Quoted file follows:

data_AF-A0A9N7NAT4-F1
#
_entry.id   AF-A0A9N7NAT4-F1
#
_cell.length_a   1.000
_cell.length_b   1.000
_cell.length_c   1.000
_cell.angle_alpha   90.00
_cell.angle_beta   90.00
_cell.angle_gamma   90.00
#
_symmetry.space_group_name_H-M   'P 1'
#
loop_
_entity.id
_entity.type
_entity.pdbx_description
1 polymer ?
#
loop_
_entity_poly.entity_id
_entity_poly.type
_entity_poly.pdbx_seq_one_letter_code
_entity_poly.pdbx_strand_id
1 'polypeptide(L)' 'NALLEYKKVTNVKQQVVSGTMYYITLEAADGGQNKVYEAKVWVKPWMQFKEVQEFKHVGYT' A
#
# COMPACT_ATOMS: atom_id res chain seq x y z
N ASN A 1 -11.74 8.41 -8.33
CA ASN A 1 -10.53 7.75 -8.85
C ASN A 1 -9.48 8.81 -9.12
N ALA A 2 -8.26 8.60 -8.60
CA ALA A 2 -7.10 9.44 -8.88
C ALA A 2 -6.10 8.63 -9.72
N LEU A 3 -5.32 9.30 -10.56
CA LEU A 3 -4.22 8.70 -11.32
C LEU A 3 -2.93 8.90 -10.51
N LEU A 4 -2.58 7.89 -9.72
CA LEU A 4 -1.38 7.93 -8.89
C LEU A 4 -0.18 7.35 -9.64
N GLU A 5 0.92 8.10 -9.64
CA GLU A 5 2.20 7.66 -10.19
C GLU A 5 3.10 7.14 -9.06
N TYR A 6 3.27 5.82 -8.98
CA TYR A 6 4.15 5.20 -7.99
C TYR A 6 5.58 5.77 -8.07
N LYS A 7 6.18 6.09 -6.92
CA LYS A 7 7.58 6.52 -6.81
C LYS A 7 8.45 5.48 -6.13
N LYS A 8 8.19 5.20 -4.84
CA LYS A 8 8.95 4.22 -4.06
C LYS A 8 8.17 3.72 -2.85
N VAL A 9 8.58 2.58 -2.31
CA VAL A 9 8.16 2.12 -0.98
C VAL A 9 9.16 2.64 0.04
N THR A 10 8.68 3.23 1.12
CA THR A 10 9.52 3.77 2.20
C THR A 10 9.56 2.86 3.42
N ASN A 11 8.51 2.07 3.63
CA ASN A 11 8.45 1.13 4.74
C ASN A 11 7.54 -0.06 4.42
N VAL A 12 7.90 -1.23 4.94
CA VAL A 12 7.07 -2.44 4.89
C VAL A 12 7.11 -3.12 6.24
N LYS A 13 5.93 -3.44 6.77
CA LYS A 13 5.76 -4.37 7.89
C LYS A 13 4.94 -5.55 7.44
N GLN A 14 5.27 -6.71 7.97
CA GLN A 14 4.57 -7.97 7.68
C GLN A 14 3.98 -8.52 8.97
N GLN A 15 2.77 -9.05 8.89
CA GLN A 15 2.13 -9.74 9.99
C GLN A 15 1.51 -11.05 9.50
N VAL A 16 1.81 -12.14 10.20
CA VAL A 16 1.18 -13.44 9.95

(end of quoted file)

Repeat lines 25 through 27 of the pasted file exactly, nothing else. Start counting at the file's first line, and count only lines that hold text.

1 'polypeptide(L)' 'NALLEYKKVTNVKQQVVSGTMYYITLEAADGGQNKVYEAKVWVKPWMQFKEVQEFKHVGYT' A
#
# COMPACT_ATOMS: atom_id res chain seq x y z